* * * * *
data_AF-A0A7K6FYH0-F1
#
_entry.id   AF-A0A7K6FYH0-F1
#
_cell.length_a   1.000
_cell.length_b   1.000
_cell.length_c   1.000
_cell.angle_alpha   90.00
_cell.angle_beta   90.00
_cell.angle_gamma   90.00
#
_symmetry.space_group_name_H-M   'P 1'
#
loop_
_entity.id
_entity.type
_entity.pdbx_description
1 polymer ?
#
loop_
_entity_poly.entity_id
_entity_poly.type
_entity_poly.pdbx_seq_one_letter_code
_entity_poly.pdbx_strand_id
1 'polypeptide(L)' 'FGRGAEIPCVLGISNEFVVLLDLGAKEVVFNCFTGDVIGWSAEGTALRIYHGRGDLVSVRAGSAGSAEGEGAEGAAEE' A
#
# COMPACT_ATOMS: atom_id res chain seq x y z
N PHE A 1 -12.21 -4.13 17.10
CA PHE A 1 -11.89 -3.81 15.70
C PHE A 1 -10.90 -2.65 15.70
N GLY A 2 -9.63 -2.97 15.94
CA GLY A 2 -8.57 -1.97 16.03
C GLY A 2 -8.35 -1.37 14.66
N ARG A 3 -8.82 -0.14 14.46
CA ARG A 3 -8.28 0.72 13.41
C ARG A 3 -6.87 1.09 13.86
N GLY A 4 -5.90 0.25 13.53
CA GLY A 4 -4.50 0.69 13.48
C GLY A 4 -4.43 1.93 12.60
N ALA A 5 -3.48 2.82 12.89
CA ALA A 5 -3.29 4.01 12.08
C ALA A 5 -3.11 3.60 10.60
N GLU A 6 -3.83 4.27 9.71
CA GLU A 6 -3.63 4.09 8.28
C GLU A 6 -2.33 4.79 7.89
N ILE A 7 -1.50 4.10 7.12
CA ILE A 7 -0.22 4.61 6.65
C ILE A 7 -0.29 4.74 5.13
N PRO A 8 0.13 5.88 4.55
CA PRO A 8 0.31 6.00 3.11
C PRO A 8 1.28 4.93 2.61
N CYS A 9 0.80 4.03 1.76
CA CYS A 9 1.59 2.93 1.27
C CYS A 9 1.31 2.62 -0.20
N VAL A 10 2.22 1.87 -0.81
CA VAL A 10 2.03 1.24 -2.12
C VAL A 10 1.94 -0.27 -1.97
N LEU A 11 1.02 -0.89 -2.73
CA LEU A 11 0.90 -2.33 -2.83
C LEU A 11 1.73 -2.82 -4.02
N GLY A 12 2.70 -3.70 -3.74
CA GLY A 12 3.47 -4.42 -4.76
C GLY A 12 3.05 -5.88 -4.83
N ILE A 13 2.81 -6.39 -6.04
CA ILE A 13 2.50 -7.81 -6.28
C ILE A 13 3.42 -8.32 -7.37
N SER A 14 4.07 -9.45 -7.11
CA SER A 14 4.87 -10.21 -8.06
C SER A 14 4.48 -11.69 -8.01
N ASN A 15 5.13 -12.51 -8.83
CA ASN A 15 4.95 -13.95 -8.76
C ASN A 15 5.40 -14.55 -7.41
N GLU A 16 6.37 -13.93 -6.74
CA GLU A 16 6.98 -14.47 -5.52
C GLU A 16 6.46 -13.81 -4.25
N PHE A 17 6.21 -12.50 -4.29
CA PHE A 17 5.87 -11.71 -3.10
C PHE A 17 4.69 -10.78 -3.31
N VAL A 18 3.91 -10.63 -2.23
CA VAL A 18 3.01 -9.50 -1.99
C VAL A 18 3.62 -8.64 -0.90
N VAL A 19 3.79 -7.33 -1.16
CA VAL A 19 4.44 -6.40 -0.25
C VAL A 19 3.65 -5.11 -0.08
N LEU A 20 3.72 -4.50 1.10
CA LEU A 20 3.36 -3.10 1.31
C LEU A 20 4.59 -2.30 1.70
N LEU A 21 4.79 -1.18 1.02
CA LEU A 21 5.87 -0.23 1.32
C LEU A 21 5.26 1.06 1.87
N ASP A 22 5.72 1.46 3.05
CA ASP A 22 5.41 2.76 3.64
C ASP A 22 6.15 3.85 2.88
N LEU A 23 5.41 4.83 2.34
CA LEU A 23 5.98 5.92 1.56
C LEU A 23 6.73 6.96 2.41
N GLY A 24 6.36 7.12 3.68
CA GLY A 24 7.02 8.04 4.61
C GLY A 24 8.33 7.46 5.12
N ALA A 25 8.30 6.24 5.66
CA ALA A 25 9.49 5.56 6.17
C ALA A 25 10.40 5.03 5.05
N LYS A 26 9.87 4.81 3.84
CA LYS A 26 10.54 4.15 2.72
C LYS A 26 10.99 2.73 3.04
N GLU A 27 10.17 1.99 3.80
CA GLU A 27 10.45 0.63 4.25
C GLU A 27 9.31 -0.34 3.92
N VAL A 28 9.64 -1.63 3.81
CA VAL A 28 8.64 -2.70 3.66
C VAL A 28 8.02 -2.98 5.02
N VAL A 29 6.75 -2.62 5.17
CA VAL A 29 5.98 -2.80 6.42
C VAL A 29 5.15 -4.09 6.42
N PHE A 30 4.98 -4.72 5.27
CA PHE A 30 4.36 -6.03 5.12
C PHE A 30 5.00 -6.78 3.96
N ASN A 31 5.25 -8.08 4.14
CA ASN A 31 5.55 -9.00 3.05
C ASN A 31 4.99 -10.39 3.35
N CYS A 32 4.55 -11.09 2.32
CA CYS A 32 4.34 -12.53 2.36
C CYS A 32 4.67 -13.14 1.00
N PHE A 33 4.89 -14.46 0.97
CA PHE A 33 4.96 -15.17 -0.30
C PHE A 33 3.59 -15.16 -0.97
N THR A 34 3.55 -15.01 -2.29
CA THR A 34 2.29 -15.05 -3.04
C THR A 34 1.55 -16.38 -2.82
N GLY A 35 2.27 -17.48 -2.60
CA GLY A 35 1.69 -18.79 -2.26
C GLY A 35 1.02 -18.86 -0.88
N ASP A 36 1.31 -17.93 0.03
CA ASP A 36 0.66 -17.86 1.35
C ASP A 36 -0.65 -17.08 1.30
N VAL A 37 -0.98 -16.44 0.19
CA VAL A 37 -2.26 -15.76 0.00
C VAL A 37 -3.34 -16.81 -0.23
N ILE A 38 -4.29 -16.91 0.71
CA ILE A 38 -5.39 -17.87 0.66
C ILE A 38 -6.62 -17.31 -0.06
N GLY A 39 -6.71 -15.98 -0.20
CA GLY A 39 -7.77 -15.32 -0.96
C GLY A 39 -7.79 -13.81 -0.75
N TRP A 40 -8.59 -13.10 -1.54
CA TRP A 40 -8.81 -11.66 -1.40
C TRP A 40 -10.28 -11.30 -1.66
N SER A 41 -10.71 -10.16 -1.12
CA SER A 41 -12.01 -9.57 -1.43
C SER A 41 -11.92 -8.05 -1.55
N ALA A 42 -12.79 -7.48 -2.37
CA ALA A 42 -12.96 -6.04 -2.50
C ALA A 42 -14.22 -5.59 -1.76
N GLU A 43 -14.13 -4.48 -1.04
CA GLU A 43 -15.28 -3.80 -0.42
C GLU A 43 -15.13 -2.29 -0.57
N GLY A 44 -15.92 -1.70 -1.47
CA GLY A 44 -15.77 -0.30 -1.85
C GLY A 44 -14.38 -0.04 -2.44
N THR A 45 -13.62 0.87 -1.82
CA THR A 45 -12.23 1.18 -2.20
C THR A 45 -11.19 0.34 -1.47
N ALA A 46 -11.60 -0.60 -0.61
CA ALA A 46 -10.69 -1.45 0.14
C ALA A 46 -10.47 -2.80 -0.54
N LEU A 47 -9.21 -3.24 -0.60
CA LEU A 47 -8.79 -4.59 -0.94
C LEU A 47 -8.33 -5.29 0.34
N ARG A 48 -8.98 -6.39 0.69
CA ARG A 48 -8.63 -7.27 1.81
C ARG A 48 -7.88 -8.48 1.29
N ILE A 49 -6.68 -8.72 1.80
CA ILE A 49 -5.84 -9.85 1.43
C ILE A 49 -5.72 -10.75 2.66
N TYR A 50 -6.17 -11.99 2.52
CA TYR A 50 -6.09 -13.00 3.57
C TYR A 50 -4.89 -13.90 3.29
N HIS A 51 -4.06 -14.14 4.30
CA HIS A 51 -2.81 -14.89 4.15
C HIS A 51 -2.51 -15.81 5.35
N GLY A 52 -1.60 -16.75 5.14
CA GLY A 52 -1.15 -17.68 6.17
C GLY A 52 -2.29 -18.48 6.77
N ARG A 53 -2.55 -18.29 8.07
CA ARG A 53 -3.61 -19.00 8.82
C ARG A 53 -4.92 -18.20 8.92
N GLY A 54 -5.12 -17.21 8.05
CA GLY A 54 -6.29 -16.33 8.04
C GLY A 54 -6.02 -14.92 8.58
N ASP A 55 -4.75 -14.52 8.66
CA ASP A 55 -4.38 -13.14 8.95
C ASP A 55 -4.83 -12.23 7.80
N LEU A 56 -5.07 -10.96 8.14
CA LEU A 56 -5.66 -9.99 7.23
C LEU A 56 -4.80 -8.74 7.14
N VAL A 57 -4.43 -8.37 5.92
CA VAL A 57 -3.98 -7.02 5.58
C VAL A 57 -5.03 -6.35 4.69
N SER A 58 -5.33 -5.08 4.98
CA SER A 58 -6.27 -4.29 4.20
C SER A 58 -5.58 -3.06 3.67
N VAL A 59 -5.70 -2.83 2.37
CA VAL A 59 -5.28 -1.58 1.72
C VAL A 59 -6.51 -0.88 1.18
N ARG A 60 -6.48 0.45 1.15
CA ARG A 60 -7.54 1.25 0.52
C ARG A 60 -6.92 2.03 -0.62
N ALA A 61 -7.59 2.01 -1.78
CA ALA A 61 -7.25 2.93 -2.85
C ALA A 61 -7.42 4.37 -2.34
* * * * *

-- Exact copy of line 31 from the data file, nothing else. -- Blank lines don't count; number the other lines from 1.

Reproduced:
N GLY A 2 -9.63 -2.97 15.94